Flourishing Fridays are about things to consider as you head into the weekend.
Today’s post is about creativity. With our tendency to Google or Ask Alexa/Siri, rather than pause and think, we are losing some of our creative ways to think about and solve problems. Research on creativity is that it helps in promoting divergent thinking, helping you to come up with many ways to solve a problem. It also uses ideas and details in a way that can be implemented for a socially positive purpose (one of my passions!). Greater self-confidence and self-knowledge come from creativity, which can help you feel comfortable in a variety of situations and more easily adapt to challenges and stressors (and who doesn’t need that right now). Creativity can improve your interest in activities and also help you create ideas to inspire interest in others.
Here’s some things to consider for both creative kids (and your own inner child), as well as some adult activities for you to try out:
It’s easy to pop the kids in front of the TV to baby sit them while you work from home. Try having set times or days non-tech (it plugs into a wall to be used or recharged it’s off limits, so no TV, computers, notebooks or phones. Go old school and play board games, read, play charades, do drawings and colouring, play hide and seek, make things – crafts, cubby houses using sheets, etc.
If they come to you and say “I’m bored”, respond with “that’s awesome, what are you going to do about it?”, so they find ways to amuse themselves. Here’s a link to some other activities that might be of interest: https://www.brighthorizons.com/family-resources/games-for-kids-old-school-games-to-play-with-kids, our you could just recall some of the fun and creative things you did as a kid that probably didn’t involve tech.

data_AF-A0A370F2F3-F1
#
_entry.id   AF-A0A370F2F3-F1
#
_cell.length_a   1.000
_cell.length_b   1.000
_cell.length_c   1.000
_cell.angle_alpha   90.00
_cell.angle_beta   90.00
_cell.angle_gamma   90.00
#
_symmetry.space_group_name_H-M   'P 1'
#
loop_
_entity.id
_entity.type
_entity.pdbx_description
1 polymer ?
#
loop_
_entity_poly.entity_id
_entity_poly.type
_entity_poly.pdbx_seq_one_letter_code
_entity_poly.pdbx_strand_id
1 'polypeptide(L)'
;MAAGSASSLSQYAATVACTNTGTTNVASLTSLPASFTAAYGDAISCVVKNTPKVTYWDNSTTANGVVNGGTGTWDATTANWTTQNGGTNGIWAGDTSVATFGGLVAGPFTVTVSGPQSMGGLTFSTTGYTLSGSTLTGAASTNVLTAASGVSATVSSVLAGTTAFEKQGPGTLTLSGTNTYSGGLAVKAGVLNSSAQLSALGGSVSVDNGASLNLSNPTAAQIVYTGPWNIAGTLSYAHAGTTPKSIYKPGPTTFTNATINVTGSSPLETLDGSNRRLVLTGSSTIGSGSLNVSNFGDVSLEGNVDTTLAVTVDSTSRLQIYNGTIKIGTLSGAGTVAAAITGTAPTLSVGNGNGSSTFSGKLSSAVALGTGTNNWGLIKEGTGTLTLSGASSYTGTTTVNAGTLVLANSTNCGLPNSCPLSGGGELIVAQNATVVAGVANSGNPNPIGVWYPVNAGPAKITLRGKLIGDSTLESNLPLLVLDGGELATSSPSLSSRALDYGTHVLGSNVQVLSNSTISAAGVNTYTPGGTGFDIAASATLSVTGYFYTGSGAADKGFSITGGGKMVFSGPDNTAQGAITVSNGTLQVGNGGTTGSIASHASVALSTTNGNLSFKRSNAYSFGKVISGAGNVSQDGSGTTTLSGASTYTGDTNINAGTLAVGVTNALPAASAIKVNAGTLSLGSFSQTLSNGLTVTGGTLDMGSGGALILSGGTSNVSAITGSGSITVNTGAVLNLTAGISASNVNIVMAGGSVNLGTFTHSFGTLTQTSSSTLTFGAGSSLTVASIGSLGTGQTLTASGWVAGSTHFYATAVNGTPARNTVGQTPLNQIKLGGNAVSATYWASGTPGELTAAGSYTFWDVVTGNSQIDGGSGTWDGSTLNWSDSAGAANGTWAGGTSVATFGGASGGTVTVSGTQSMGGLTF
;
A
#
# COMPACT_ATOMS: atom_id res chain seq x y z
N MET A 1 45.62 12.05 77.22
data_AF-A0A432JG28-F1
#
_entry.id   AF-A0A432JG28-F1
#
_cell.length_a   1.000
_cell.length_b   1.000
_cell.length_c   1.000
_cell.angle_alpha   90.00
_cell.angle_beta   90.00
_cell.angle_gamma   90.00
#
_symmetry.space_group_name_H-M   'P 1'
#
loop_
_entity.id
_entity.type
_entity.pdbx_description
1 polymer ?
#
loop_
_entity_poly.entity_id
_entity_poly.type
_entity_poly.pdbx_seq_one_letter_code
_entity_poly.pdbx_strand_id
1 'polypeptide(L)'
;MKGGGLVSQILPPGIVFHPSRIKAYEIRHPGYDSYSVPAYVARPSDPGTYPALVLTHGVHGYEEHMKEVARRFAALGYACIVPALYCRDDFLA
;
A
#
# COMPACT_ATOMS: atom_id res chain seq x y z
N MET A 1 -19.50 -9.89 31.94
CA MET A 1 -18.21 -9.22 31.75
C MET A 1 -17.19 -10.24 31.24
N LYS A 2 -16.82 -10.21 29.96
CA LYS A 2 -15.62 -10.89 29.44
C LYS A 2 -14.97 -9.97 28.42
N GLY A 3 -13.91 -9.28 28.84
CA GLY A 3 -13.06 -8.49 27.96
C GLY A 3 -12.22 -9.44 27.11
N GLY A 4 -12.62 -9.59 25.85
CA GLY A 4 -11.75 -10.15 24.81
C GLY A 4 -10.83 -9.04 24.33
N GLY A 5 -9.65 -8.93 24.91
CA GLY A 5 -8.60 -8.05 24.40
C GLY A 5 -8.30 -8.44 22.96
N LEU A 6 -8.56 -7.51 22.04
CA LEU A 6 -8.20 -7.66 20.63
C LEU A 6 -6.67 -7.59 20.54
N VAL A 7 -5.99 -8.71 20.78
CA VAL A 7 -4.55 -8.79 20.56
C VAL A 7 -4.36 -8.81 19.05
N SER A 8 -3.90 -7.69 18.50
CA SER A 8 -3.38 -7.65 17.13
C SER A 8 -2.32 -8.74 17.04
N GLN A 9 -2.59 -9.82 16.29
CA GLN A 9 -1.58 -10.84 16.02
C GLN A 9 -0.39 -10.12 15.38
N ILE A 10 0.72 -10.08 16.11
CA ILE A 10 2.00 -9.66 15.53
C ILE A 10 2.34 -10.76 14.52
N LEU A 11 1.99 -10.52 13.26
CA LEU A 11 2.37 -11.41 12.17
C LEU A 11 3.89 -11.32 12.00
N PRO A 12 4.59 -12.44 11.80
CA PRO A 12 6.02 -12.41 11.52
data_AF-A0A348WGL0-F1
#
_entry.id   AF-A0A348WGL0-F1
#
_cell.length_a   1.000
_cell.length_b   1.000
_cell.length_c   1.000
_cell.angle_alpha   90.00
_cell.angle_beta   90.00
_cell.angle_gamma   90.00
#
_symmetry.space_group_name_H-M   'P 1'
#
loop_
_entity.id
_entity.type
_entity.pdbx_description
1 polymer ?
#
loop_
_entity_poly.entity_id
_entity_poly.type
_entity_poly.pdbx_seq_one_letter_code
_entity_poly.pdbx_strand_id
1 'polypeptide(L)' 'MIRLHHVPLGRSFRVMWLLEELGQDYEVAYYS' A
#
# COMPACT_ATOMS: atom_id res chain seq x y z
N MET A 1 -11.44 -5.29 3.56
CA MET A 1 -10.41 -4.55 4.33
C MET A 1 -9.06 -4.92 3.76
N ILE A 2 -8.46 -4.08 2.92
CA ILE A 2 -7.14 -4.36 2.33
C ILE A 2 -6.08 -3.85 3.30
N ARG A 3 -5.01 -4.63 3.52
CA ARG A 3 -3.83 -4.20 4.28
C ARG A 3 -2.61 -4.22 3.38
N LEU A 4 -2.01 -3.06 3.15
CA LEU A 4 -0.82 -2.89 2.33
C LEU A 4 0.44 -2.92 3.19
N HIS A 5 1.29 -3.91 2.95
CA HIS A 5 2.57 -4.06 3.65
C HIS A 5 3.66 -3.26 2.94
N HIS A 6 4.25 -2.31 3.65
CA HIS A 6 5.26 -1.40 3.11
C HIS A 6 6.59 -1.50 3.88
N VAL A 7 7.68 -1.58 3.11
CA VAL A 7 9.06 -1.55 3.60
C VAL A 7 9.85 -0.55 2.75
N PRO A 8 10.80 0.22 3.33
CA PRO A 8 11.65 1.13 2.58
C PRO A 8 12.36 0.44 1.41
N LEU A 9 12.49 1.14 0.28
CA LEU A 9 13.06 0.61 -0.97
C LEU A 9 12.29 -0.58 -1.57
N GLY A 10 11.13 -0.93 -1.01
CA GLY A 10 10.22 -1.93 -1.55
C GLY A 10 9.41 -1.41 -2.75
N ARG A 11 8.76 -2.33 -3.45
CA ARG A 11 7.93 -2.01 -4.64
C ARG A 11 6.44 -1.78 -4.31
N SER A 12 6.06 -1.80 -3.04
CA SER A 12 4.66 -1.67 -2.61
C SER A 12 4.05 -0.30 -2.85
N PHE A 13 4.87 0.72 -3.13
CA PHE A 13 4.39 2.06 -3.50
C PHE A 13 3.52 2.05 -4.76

Try cooking one new recipe a week and using one new ingredient a month. There will be probably be some amazing hits and some terrible failures. The average adult only has 5-7 meals in their repertoire. As you probably have a couple of extra hours in your day at the moment without the travel to work, grab one of your cookbooks, and get inspired (try not to use an app or the internet if you can). Find something with ingredients you love or have at home. I try to do big batches of things and freeze them, but you might want to start small and only do this once you have determined it’s something you want to eat more of. If you have kids, find a recipe that you can do together, or have them do with your supervision. Who knows, you could have the next junior Masterchef in your house.
Here’s a dinner table game to keep everyone mindful and creative. When at least two people have finished their dinner, they start telling stories one sentence each at a time, taking turns to add their sentence to the previous sentence to build the story. The only rule is you can’t join in until you’ve finished your dinner. It may get and not go where you think the story will go, but it is hilarious and a very creative way to be present whether you are a kid or a kid at heart.
Have fun being creative.